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Old 24th Mar 2024, 20:19
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Originally Posted by Dr Jekyll
A few years back I registered with a new GP having moved house several years before and not got round to changing doctors earlier. A nurse ran through a questionnaire, checked my height and weight, all fine. Then took my blood pressure, double checked it, and asked me to wait while she spoke to a doctor. Reappeared a few minutes later with a prescription for blood pressure meds from a doctor I'd never met. I saw the doctor a few times afterwards to tweak the dose but that was how I initially got the medication.
Your doctor should give his diploma. This is crazy
I hope you didnít use those medications
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Old 25th Mar 2024, 07:28
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It is your choice to take BP medication. I have had dreadful white coat syndrome over the years even since my twenties. More bizarre that my own father was a doctor and when he took the BP at the family home it came rocketing down. I had the same AME for many years and he was a fantastic, pragmatic doctor, closely aligned with Formula 1 so he may be recognized by older viewers (!). This doctor took a practical view of my bp issues due to his wisdom and experience. After he retired it mildly unraveled for me as the local to Edinburgh AME would not listen to my story, just suspended my licence and told me to get it sorted with minimal bedside manner. I have my own BP machine which gives me reasonable numbers for my advancing years without medication. Personally I have been put off by the potential side effects of medication. I manage my weight with relatively careful eating and moderate but not too extreme exercise, basically walking every day. By the way, as you get older 140/80 is not bad for middle age and upwards. The limit for Emirates is 140/90 and they will certainly let you know if your waistline and / or BP increases.!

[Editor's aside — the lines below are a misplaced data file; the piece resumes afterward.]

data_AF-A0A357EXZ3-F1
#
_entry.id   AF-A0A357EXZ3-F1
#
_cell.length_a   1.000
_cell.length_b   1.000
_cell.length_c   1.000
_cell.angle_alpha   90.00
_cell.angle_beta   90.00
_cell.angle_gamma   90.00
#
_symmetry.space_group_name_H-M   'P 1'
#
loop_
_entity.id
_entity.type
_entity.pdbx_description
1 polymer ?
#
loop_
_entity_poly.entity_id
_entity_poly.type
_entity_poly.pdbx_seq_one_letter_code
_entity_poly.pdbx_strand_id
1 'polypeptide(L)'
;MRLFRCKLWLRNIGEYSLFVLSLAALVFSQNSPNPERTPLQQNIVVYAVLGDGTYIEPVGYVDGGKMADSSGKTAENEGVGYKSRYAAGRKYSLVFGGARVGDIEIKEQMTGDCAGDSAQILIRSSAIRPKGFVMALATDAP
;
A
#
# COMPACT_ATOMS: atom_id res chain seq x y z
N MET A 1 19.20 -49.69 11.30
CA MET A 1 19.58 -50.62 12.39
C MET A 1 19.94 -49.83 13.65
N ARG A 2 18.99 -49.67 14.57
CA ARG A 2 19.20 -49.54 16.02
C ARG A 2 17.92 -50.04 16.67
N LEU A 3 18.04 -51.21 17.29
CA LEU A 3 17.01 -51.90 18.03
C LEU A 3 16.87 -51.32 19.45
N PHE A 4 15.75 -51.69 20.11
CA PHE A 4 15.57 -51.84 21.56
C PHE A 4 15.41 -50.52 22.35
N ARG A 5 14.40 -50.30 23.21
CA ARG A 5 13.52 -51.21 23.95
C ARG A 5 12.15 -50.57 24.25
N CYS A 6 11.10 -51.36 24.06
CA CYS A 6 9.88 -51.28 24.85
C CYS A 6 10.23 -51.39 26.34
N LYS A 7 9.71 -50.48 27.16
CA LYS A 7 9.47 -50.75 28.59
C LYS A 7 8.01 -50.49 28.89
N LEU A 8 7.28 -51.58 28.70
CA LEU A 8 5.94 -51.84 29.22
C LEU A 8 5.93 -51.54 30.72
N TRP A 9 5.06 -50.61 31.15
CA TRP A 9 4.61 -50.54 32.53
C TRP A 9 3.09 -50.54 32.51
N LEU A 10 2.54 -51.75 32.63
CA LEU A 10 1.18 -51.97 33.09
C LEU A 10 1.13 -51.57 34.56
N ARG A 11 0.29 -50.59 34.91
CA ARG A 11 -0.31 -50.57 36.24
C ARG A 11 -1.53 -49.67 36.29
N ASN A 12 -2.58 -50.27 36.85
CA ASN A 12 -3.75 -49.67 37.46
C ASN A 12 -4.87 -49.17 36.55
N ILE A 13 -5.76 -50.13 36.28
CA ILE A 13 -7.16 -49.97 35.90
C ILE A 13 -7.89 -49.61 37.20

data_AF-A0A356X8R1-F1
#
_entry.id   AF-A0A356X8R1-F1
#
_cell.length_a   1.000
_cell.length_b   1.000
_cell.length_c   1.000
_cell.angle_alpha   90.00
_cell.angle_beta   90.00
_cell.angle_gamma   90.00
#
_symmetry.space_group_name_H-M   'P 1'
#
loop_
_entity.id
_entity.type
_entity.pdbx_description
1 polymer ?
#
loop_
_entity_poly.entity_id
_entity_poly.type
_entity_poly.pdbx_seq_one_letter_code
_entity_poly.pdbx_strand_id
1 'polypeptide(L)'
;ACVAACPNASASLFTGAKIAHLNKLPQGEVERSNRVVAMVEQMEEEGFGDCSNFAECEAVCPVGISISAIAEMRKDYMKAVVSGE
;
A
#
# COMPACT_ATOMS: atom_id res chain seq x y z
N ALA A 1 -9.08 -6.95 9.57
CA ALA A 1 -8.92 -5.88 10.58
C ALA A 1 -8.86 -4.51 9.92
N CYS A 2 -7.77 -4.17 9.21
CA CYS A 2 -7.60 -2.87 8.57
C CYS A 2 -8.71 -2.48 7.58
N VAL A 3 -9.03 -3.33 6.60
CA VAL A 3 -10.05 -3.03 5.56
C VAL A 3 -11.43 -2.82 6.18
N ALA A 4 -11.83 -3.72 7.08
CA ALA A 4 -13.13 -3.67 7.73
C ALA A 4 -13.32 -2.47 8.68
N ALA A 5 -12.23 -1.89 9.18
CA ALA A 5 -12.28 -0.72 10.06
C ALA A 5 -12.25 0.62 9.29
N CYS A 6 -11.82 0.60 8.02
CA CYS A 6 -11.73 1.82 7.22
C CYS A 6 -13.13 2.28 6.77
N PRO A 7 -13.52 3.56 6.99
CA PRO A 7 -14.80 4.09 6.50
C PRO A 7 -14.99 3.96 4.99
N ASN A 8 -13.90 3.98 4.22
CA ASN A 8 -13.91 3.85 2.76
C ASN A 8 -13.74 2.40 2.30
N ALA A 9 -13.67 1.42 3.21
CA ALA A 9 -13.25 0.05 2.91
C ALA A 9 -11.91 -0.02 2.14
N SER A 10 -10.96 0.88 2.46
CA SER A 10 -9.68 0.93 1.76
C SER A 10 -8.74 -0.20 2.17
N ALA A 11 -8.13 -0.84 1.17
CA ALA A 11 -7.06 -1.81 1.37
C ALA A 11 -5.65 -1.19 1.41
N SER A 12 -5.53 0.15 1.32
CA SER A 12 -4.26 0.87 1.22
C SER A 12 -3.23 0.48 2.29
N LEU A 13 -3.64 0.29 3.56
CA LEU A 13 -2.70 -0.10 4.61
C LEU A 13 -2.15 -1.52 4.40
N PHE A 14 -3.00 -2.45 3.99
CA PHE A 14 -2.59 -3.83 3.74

Last edited by olster; 25th Mar 2024 at 09:19.
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Old 27th Mar 2024, 19:25
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Its 160/95

you can find the regs here EASA REGIt's a bit difficult to find.Make.a page search under "160 mmHg systolic"

If your doctor says differen,t I strongly suggest that you change him before he stops your career.
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Old 25th Apr 2024, 09:10
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PPrune at it's best, again. Some GP's mean well but way - off the ballgame. Pilots, stay off the pills if you can . Monitor carefully yourselves. Stay within parameters as advised by other posters.

I just changed doctors. Quick MOT revealed BP of 133. I see that is within EASA, and I wouldn't even raise an eyebrow at the highly selective Emirates Board.

Of course, new GP (age 44) was less experienced than me (age 77) but did what he does and simply stated that the BP was high. ER yes. ( I would have said ;"slightly raised"). Had he asked, I would have told that changing Doctors had been a heart seizure inducing experience (HSI syndrom for the new Doc's). Nothing that morning had worked in my cyber world, dropped two full mugs of tea and couldn't even log into Pprune. Phone landline still hooked but old phone didn't ring when people called.. Oh, undergoing eye condition surgery which involved 11 jabs directly into the eye and now, good progress, into three lazer shots in both eyes. Second due later that day.

And Doc says;" Let's just check your BP" ! Oh bless.

Another Poster reminded me of the Knee jerk( pun intended) by some Nurse. I was on Class one renewal standard ECG. Nurse was sweet and looked controlled, measured, calming as she viewed the squigley lines which indicated that while on the ECG machine, I was, in fact, having a seizure. She called the Doc (Brill Egyptian Fella) who took her to one side, raised voices, came back in and said I was on the broken machine he had briefed all not to use... Got me Class one but got home and poured myself the biggest double Jack & Coke.